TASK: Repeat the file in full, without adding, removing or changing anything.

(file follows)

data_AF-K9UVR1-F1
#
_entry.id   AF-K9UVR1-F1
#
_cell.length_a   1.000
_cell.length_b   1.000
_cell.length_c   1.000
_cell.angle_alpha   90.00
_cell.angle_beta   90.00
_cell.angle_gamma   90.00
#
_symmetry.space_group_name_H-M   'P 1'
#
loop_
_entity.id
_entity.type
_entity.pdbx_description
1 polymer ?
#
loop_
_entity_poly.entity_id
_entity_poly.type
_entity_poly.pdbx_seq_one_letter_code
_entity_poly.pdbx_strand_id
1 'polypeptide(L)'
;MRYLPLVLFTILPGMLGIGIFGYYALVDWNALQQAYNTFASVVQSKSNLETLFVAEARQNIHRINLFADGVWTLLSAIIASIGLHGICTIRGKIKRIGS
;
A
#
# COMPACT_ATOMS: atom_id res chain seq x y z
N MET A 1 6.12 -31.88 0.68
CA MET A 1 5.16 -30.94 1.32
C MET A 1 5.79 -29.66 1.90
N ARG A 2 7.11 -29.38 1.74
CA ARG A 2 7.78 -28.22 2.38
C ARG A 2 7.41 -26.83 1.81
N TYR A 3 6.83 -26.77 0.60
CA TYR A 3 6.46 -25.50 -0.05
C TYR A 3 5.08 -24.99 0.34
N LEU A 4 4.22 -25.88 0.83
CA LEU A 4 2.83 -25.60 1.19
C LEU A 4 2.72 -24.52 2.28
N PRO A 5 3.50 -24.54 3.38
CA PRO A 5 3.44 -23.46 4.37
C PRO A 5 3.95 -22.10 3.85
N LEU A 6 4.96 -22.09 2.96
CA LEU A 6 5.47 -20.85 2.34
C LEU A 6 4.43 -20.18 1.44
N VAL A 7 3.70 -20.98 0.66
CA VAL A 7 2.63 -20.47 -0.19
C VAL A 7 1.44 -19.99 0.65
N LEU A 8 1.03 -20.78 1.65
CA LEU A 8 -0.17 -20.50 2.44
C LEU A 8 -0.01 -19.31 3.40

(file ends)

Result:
data_AF-K9UVR1-F1
#
_entry.id   AF-K9UVR1-F1
#
_cell.length_a   1.000
_cell.length_b   1.000
_cell.length_c   1.000
_cell.angle_alpha   90.00
_cell.angle_beta   90.00
_cell.angle_gamma   90.00
#
_symmetry.space_group_name_H-M   'P 1'
#
loop_
_entity.id
_entity.type
_entity.pdbx_description
1 polymer ?
#
loop_
_entity_poly.entity_id
_entity_poly.type
_entity_poly.pdbx_seq_one_letter_code
_entity_poly.pdbx_strand_id
1 'polypeptide(L)'
;MRYLPLVLFTILPGMLGIGIFGYYALVDWNALQQAYNTFASVVQSKSNLETLFVAEARQNIHRINLFADGVWTLLSAIIASIGLHGICTIRGKIKRIGS
;
A
#
# COMPACT_ATOMS: atom_id res chain seq x y z
N MET A 1 6.12 -31.88 0.68
CA MET A 1 5.16 -30.94 1.32
C MET A 1 5.79 -29.66 1.90
N ARG A 2 7.11 -29.38 1.74
CA ARG A 2 7.78 -28.22 2.38
C ARG A 2 7.41 -26.83 1.81
N TYR A 3 6.83 -26.77 0.60
CA TYR A 3 6.46 -25.50 -0.05
C TYR A 3 5.08 -24.99 0.34
N LEU A 4 4.22 -25.88 0.83
CA LEU A 4 2.83 -25.60 1.19
C LEU A 4 2.72 -24.52 2.28
N PRO A 5 3.50 -24.54 3.38
CA PRO A 5 3.44 -23.46 4.37
C PRO A 5 3.95 -22.10 3.85
N LEU A 6 4.96 -22.09 2.96
CA LEU A 6 5.47 -20.85 2.34
C LEU A 6 4.43 -20.18 1.44
N VAL A 7 3.70 -20.98 0.66
CA VAL A 7 2.63 -20.47 -0.19
C VAL A 7 1.44 -19.99 0.65
N LEU A 8 1.03 -20.78 1.65
CA LEU A 8 -0.17 -20.50 2.44
C LEU A 8 -0.01 -19.31 3.40